The title of this article is the title of a recent three day workshop that was organized by SkkMigas that had apparently been arranged due to the concern that Indonesia has with the ever-growing gap between the demand for oil and what is being produced in the country, as well as the ever-increasing concern about the economics of the country with the spending on infrastructure projects being a concern and development in the natural resource industry not being as expected.
There are other concerns, such as the ever-growing reliance on Pertamina to take over blocks from International companies, to develop existing and hopefully new blocks, or a recent headline: Pertamina sells off shares to stay afloat, or the concern of Pertamina to meet the government’s policy of ensuring the availability of Premium grade fuel at one price throughout the whole country. One senior person from Pertamina said to me recently, we will survive until the election, but what happens after that, who knows.
This makes one wonder, how will Pertamina develop new or existing blocks? How will they carry out the exploration that is needed to meet the subject of this opinion piece which is an interesting title in itself for many reasons. When I was asked about finding Giant Oil & Gas Fields by Badan Geology, I said, Pak, the chances of finding Giant Fields is fairly low, because if they were available they would have been found by now with existing methods of exploration. I was to learn that what they meant by Giant Fields is anything that contains a probable reserve of 500 million barrels of oil, (Giant oil and gas fields = those with 500 million barrels (79,000,000 m3) of ultimately recoverable oil or gas equivalent. Supergiant oil field = holds equivalent of 5.5bn barrels of oil reserves).
This is a different story then, as it is known that there are fields that contain this amount and above, just waiting to be confirmed and exploited, one such field has been known about for several years which contains something in the region of 1 billion barrels of oil, as well as gas and condensate, but due to political and other reasons this has not been developed until now.
The author of this article has written several times that Indonesia does have the potential to be self-supportive in resources, if only the knowledge of the country’s resources was known, sadly to say until now, the potential of the country’s resources is just that, potential. What has become apparent from the workshop organized by SkkMigas is that many people are concerned with the situation, but very few (if any) are prepared to take the risk for exploration, which does include the country’s own banks and entrepreneurs. What does risk mean? Put simply, it means loss of money. In my view, Indonesia is no different to any other country, the people in the country do not like to lose money, so why does Indonesia expect investors from other countries to lose money when they are not prepared to accept the risk themselves?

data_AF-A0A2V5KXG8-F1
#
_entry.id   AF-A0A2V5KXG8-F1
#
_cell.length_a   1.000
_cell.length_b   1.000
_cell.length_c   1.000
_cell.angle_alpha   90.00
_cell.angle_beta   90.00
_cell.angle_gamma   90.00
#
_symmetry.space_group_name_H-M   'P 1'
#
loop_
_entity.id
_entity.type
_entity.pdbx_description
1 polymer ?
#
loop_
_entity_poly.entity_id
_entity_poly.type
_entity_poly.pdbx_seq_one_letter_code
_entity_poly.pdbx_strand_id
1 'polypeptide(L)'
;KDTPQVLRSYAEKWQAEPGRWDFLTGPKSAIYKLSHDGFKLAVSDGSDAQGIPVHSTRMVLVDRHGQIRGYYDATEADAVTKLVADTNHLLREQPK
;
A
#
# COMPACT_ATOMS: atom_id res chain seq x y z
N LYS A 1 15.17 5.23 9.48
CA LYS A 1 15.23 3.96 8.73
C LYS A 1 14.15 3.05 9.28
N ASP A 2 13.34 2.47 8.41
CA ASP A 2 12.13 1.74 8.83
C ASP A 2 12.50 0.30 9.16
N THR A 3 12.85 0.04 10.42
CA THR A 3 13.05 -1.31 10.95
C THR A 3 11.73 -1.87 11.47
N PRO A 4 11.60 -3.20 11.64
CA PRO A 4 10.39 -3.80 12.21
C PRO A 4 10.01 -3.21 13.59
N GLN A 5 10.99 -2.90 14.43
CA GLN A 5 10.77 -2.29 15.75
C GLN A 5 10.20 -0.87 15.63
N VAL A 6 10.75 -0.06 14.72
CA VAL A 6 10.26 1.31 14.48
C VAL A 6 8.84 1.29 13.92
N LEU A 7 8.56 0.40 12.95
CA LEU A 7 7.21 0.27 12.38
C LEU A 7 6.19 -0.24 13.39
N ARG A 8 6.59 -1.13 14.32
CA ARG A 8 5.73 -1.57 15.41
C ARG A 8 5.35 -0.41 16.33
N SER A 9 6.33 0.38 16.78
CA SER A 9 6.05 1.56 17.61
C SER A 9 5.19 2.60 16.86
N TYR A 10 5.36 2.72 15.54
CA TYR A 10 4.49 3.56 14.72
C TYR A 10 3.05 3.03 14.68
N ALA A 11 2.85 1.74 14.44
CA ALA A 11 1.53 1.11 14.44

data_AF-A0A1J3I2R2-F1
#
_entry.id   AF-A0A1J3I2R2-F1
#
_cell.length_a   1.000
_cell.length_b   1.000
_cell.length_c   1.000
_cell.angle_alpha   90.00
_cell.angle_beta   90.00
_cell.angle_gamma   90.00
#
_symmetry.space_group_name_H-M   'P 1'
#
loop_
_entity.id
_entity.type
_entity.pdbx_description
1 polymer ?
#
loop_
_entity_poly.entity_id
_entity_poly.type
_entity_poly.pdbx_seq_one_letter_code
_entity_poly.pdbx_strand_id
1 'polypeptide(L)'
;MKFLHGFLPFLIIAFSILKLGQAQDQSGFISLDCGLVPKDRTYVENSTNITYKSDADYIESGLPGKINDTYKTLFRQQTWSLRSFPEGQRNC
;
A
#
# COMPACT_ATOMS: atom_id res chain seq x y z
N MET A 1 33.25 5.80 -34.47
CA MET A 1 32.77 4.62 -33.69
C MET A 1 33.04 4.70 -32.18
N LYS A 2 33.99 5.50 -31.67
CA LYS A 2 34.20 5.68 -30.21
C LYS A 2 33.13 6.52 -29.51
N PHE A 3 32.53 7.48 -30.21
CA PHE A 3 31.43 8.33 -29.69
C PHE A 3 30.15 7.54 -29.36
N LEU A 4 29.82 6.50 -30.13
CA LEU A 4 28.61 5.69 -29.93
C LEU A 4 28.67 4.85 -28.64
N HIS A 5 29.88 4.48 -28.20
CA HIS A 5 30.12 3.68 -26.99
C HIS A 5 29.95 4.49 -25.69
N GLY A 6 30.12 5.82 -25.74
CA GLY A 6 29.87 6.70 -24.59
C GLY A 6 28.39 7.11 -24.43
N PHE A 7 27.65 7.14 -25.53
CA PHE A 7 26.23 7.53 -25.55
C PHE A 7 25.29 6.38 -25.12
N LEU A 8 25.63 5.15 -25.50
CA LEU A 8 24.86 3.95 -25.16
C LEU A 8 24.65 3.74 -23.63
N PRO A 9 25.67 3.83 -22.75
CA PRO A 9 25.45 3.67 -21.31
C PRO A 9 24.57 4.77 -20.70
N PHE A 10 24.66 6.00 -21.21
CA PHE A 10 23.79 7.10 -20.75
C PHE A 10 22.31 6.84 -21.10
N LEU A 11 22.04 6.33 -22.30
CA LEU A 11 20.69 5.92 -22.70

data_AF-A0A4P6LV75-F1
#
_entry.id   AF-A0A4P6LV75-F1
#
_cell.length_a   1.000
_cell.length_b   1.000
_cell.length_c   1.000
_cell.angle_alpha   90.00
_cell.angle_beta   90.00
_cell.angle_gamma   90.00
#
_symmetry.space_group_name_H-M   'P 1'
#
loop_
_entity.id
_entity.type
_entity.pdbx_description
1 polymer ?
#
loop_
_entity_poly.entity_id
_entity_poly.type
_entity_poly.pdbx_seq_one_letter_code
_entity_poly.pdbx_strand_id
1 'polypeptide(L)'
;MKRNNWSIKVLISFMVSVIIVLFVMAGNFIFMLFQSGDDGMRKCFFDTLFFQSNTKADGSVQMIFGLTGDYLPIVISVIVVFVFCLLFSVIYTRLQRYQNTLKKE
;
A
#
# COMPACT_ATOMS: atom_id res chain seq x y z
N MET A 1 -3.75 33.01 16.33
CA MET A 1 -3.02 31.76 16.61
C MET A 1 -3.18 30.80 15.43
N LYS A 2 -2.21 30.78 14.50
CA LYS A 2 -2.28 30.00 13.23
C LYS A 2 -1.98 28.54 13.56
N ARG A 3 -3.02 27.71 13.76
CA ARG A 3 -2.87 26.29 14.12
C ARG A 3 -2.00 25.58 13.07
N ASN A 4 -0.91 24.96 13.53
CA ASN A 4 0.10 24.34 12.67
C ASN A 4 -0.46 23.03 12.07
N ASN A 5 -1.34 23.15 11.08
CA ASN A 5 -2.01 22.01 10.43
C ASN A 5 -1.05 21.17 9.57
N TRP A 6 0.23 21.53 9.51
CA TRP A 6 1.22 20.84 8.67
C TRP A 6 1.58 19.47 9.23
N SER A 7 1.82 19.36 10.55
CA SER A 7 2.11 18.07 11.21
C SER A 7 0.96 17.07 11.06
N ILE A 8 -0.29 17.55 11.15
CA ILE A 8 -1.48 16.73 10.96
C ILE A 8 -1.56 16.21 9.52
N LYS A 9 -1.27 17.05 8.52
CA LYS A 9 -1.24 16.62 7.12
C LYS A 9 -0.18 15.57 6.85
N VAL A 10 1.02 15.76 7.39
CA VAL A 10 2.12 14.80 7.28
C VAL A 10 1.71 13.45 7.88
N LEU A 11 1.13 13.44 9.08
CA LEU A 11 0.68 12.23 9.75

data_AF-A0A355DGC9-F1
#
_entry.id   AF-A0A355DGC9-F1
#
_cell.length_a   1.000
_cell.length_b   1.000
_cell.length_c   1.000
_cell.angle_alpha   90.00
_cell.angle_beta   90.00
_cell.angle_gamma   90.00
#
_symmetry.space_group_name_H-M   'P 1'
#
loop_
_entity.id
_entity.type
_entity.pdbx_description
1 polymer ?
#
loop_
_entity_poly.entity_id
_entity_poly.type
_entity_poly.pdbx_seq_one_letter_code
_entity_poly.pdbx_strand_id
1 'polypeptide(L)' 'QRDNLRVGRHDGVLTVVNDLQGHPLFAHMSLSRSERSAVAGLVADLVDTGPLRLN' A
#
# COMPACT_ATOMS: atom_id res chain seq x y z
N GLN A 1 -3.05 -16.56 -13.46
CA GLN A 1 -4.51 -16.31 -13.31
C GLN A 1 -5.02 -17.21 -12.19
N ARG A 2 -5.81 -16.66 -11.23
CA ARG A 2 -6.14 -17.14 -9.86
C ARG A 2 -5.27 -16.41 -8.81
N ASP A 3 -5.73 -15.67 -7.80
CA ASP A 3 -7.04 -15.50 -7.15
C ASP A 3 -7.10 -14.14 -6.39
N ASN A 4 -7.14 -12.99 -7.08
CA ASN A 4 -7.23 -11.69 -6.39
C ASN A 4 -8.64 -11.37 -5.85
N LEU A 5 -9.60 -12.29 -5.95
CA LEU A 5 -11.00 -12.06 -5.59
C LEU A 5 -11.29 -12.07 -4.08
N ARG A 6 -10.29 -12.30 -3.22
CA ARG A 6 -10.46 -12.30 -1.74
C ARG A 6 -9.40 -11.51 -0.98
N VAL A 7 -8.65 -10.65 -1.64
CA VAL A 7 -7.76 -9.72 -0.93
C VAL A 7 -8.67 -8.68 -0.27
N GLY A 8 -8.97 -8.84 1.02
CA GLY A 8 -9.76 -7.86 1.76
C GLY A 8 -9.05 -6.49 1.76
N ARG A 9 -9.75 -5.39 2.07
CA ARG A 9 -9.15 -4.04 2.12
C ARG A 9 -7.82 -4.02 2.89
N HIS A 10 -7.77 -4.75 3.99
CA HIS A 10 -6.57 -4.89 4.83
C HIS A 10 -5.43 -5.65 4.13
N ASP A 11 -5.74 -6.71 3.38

How to minimize the risk?, how to increase the success rate from 15%?, which is what Pertamina achieved last year for drilling of new wells, although this is not too far below the accepted success rate within the industry which is in the region of 20 – 25% (the normal). These figures can of course be argued about from company to company, but the overall success rate is low, if you were a gambling person, you would unlikely accept these odds. The answer is simple, technology, a technology that has been developed by people of the trade, not by some mad scientist, technology that has been used in different countries with a high success rate. Contrary to believe, Indonesia is no different to any other country when it comes to geology, yes Indonesia has complex geology such as volcanics in Java, deep water in East Indonesia, difficult terrain in Papua where some of the technology that is used today does not allow a detailed exploration survey to be carried out. I can name a number of other countries that have extremely complicated geology that has been successfully explored with technology. The old excuse that the technology has not been used in Indonesia does not wash, how can it be used if people do not want to accept technology readily? It does appear that SkkMigas is waking up, they realize that if they do not adapt to new technology faster, then the situation will not improve.